I feel very special as an Australian to have been able to call the city of lights/art/culture/cooking/ fashion/moustaches/croissants/walks/baguettes/ dog poo on the footpath/(and most importantly) love my home for 6 months.
Going to E.S.S.E.C and the entire 8 month adventure I went on is the most memorable period of my life. Whether it was standing on top of the Eiffel Tower, seeing the Wallabies lose to the French in Paris, waking up early to get baguette from the markets or singing French songs without knowing what the words meant, all seems a bit a surreal. Now that I’m back that memory seems even weirder to me, but I hope I can lend you some knowledge for your up and coming exchange.
I soon also felt very special to be attending E.S.S.E.C, one of France’s and Europe’s most esteemed business schools. The competition for domestic students to enrol in this school is very high because this school is considered a ticket to work in the European finance sector. This is a testament to the strong connections UQAbroad and its staff have developed for exchange participants. This prestigious business school is now on my resume and will provide me with many opportunities for work in Europe, and international businesses operating in Australia
My 5 top tips

  • Start Early!! Starting early = more fun time. Get your visa or passport sorted now, if that means you need to have accommodation get your accommodation sorted now. Just do it now. Seriously now! Stop reading. If you get it done early you won’t be caught in Brisbane in June trying to fly to Sydney for a visa, sit four exams and book a flight for the next week.
  • Now that you have started early, start organising your subjects even earlier so you can start becoming best friends with your Education Officer. Get your subjects sorted, keep a few up your sleeve because I guarantee you will not be completing all the subjects you intended to. The education officers will approve more than the required courses you need, I had 12 approved and I only needed 7 and this isn’t because I have lots of electives, they can be very nice and accommodating. Also this means you can make your timetable suit you.
  • Join a team/club. Don’t hide amongst your new exchange student friends, branch out, become friends with the domestic students. They are the ones who know about the cooler parties and they also have the skiing chalets in the French Alps. I think E.S.S.E.C. and I think about the rugby team I joined. If you’re bad at sport, go along to one training session, meet the people then fake an injury and just hang out for the rest of the season.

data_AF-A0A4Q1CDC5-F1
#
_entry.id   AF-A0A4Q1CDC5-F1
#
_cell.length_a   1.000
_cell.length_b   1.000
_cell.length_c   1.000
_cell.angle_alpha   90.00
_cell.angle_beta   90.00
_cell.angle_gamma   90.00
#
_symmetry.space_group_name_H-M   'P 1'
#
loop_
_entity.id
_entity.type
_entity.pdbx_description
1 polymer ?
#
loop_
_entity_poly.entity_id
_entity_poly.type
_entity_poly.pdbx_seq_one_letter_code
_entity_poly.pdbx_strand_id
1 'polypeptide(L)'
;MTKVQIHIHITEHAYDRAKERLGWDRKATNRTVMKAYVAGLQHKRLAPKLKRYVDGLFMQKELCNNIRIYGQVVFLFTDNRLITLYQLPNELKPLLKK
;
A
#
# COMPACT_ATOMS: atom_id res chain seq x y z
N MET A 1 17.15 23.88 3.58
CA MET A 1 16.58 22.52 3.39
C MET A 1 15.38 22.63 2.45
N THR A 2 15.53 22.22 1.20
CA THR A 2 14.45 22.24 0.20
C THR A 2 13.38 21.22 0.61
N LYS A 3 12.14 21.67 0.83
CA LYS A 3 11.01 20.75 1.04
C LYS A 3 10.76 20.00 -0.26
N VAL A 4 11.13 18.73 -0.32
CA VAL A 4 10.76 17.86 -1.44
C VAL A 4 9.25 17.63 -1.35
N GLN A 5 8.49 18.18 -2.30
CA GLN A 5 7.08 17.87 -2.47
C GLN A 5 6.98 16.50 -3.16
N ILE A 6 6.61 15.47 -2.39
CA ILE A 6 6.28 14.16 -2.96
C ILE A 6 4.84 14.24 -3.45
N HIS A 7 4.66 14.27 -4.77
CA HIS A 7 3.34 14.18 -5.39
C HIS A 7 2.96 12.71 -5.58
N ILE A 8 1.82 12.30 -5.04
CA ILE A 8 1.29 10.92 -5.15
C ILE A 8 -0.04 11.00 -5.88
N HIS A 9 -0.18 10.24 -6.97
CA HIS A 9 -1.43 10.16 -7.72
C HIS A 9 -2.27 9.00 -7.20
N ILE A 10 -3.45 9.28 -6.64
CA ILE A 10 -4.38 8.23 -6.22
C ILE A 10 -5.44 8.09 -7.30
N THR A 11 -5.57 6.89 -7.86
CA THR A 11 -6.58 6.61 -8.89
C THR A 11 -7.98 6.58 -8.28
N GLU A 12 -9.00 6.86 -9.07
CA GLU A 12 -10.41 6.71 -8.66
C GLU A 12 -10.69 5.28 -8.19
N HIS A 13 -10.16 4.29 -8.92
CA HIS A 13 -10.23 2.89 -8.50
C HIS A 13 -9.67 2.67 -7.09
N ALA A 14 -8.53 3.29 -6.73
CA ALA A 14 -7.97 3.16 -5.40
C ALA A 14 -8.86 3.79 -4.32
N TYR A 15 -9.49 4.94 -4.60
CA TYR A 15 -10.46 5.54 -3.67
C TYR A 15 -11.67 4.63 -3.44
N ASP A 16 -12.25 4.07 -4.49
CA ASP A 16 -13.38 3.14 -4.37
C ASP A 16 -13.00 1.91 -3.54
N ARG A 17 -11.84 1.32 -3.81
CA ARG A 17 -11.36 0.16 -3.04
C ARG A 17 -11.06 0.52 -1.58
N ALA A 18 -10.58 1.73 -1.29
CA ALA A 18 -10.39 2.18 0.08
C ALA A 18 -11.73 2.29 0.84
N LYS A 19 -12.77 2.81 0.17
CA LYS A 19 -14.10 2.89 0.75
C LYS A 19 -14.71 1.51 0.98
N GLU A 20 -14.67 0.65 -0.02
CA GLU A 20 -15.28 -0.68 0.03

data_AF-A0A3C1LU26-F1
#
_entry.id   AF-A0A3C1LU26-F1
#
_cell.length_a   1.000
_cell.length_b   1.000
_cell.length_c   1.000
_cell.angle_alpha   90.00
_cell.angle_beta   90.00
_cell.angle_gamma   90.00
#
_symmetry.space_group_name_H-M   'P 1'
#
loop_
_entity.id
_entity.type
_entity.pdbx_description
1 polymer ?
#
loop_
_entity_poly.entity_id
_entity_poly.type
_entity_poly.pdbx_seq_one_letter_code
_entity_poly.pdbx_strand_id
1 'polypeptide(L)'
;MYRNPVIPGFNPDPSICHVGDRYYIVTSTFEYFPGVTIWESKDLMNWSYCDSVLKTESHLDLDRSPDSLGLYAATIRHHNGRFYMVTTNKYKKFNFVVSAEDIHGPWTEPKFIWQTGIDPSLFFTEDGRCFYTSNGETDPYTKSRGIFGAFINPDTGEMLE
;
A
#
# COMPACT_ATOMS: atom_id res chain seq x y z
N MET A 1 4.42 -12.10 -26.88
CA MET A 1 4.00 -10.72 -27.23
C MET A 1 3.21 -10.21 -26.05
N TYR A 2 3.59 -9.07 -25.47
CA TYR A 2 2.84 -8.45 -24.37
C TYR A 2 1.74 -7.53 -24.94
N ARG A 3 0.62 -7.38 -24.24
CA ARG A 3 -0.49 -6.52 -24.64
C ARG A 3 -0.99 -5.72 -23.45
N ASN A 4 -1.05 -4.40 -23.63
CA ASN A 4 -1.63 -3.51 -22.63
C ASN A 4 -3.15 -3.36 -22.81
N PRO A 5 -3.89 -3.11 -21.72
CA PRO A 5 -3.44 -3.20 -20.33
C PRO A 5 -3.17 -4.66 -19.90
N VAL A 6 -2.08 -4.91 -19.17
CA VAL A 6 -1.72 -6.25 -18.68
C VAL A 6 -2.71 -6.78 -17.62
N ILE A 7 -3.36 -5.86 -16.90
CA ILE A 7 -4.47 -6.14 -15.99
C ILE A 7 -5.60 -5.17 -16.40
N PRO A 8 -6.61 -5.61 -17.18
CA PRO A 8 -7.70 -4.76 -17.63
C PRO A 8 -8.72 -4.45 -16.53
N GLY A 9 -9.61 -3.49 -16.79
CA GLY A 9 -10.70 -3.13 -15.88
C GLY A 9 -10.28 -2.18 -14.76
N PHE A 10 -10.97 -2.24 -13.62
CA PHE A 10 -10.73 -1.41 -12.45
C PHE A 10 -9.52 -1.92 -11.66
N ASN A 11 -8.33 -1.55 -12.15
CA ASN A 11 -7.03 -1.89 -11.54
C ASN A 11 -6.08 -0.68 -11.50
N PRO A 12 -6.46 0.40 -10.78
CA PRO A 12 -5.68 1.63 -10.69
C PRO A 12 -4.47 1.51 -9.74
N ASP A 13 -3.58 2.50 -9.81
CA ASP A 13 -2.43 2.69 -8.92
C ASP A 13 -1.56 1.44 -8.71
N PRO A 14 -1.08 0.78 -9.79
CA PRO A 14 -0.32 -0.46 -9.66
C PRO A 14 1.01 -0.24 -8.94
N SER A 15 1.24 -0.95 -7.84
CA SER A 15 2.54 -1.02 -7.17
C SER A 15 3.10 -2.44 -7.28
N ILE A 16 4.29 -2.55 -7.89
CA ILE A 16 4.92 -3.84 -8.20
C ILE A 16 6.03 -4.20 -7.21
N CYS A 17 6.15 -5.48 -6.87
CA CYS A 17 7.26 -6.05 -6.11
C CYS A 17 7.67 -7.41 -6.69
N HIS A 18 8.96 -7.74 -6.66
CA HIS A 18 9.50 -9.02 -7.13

• Don’t stop moving. I know you just moved in, you want to recover from your 68 hour flight next to the man who should have purchased two seats and your new friends want to go check out that cool bar in your city. Trust me you will go to that same bar 400 times over the coming semester, instead convince your new friends to grab that Ryan Air flight for 30€ to Finland. I’m sure you’ll find a bar that’s just as good there. If your goal is to do some travelling over there, don’t wait too long otherwise you’ll be on the flight home before you know it.
  • For E.S.S.E.C. specifically go for a year, live at college at the University for 6 months, make friends, then for the other 6 months live in Paris with your new friends. I lived in Paris and all my class mates by the end of it wished they did as well. Paris is a beautiful place to visit and an even better place to live, so make sure you live there. Lots of students are always looking for room-mates as well so just watch the E.S.S.E.C noticeboards
    Finalement Bon chance!

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